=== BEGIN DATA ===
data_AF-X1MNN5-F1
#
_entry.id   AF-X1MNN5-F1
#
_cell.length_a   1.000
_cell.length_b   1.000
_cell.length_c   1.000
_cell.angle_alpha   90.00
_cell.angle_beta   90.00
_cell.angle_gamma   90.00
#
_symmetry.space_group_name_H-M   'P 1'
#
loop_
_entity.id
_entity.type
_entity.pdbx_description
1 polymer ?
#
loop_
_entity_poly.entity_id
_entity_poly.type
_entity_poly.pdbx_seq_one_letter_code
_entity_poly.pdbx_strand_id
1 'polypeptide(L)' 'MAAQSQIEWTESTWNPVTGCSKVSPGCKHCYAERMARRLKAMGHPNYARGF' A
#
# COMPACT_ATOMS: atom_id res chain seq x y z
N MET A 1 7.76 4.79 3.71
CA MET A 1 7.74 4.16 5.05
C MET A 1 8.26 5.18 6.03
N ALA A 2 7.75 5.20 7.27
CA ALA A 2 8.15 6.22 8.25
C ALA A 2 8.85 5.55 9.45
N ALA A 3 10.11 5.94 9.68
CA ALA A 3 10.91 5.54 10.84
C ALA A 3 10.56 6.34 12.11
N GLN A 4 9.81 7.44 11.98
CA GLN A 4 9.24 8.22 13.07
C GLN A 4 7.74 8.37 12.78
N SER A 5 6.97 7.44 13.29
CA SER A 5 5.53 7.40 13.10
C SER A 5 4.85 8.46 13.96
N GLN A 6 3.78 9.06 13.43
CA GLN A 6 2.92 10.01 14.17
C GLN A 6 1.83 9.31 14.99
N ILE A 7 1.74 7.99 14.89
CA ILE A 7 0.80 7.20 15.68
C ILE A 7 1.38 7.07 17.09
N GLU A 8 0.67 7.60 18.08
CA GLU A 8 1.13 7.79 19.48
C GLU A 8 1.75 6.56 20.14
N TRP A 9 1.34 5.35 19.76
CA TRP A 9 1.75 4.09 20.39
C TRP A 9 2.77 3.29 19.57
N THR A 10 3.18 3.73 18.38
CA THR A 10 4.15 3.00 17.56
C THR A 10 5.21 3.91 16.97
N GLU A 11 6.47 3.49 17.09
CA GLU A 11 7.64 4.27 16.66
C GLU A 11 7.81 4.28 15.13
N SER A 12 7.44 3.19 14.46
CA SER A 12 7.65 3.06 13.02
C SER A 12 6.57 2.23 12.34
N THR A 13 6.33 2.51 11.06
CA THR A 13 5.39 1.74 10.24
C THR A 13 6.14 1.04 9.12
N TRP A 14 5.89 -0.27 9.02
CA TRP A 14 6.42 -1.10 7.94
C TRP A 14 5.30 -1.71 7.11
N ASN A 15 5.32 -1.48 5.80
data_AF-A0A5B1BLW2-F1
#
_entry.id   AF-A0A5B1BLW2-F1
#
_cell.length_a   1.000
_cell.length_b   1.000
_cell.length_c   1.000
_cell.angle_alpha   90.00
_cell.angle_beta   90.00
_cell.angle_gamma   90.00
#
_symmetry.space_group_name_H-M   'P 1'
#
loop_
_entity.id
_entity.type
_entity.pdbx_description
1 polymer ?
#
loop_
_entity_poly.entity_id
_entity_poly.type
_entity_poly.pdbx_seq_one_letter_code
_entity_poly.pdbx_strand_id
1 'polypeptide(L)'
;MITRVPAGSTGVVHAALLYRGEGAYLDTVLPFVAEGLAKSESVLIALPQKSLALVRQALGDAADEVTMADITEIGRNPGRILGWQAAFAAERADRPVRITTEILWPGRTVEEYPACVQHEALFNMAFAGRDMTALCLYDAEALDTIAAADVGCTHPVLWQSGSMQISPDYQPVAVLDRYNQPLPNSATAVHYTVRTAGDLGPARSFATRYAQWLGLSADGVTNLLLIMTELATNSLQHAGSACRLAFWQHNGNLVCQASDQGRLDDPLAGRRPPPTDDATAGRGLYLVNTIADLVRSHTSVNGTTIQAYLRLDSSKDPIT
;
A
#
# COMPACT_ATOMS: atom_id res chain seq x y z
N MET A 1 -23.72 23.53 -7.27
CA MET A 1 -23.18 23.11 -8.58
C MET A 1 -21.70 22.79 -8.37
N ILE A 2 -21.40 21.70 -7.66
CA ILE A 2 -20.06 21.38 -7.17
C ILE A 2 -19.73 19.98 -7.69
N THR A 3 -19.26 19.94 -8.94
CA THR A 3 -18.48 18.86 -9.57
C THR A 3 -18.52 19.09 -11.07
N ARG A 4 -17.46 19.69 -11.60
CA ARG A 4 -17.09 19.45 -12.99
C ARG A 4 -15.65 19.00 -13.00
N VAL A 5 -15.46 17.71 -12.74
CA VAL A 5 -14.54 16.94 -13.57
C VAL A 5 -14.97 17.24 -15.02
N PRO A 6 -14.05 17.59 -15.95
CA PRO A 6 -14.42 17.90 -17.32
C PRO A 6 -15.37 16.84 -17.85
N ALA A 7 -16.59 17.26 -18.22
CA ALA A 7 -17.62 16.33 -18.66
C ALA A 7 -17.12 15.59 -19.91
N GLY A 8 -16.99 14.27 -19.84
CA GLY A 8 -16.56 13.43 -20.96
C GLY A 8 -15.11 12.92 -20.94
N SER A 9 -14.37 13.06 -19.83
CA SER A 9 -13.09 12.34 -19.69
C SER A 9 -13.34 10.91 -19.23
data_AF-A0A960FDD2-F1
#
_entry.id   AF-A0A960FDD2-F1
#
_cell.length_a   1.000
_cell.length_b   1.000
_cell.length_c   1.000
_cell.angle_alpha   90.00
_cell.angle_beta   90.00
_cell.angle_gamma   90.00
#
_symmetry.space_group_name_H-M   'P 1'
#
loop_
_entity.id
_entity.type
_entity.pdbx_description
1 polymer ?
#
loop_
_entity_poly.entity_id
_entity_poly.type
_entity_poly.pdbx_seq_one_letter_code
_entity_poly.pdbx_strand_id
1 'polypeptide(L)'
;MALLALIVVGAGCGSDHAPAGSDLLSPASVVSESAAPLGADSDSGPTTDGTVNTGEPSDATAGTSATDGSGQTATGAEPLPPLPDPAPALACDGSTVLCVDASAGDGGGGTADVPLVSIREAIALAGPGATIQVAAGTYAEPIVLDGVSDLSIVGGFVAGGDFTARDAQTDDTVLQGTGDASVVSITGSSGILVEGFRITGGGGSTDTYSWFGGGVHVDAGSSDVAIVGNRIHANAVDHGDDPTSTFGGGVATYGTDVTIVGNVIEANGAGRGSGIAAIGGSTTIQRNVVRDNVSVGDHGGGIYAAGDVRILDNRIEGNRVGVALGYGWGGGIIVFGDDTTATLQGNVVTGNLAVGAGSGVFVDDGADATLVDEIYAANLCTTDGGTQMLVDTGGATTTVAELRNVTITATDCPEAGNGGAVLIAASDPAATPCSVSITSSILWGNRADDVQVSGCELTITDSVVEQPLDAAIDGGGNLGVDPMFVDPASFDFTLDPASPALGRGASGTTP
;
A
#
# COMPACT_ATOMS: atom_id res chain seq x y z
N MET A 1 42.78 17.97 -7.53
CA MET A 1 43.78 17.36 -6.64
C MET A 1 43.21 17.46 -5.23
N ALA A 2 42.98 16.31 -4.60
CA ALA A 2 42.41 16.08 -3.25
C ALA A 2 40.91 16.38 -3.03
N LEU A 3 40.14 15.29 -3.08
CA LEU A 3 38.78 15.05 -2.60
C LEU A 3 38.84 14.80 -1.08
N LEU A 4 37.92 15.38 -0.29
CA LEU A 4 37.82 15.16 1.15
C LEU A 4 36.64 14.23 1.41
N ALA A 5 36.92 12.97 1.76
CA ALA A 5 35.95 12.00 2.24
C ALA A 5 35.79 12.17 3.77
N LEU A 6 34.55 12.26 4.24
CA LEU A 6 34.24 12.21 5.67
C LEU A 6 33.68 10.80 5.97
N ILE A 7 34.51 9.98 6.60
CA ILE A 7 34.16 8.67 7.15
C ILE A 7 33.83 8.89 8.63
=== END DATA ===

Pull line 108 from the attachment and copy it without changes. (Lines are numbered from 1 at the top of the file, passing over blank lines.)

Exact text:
CA THR A 3 -18.48 18.86 -9.57